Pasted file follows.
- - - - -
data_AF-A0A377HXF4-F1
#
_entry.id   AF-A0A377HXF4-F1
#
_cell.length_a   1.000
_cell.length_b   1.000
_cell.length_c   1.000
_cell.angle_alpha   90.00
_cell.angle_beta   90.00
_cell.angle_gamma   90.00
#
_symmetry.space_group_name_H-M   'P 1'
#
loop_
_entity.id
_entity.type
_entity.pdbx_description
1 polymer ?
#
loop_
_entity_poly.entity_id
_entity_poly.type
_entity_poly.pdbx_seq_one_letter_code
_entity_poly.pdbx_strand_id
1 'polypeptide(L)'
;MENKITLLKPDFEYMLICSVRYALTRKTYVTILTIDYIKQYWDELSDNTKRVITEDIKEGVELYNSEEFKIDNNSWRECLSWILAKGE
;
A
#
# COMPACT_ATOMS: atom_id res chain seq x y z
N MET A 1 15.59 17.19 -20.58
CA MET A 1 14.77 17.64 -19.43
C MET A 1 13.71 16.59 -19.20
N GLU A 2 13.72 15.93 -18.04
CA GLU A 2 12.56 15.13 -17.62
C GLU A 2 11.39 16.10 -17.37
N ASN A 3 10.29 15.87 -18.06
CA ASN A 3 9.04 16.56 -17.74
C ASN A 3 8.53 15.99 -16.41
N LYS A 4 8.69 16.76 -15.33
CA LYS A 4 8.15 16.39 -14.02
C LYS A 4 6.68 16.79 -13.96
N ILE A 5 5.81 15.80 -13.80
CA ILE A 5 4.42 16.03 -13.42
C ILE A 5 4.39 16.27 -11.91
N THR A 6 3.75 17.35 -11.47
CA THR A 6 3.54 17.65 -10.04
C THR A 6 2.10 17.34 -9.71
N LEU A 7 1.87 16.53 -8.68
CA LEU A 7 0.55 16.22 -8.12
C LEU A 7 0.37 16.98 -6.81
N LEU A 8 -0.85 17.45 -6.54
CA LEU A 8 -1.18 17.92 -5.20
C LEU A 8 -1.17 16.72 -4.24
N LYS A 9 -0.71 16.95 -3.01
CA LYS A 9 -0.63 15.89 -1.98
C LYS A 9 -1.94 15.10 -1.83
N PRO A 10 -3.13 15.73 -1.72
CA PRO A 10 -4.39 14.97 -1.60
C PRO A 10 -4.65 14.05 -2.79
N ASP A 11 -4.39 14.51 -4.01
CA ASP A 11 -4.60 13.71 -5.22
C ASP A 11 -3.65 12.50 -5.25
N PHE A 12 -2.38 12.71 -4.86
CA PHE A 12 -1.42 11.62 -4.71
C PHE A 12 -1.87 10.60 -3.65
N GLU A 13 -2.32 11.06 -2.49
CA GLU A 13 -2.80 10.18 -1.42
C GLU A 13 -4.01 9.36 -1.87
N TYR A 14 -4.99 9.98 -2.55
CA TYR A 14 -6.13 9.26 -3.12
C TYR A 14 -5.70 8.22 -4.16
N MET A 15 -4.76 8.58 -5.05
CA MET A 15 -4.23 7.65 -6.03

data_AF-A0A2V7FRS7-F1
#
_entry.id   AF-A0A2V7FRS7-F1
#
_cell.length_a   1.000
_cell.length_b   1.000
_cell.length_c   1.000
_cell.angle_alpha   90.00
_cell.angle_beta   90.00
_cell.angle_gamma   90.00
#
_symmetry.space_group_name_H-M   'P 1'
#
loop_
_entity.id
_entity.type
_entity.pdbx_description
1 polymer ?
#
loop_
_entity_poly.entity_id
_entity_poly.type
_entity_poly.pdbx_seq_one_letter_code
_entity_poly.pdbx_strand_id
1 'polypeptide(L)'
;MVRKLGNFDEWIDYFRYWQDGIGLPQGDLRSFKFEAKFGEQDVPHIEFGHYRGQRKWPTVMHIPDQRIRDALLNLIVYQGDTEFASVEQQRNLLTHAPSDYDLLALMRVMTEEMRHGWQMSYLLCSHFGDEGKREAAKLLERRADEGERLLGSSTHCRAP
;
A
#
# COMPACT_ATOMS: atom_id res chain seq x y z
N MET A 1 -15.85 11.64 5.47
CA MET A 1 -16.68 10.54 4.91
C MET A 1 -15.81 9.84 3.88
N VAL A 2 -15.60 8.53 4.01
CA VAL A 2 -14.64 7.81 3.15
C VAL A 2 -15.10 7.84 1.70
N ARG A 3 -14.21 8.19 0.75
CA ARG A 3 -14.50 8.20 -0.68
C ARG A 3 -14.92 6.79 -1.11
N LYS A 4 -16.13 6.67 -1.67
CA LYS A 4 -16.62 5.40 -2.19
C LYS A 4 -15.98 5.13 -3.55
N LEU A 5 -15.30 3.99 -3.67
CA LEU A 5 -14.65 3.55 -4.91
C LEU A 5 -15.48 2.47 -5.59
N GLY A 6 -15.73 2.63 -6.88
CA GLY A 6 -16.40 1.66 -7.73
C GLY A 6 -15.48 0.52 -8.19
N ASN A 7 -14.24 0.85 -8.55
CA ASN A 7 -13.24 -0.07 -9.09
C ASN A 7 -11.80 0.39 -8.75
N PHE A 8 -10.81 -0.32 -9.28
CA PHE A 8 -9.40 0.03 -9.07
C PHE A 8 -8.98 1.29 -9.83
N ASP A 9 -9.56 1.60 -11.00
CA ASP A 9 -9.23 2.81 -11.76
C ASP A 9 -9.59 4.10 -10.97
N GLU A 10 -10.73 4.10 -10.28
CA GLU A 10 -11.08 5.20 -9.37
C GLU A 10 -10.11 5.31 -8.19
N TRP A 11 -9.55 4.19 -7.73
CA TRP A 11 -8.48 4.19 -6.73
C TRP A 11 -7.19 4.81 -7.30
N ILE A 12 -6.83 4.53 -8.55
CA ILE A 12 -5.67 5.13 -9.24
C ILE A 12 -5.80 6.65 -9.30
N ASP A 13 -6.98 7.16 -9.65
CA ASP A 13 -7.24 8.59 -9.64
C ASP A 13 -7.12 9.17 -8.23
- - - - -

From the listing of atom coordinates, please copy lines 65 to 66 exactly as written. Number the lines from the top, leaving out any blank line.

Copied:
CA PHE A 12 -1.42 11.62 -4.71
C PHE A 12 -1.87 10.60 -3.65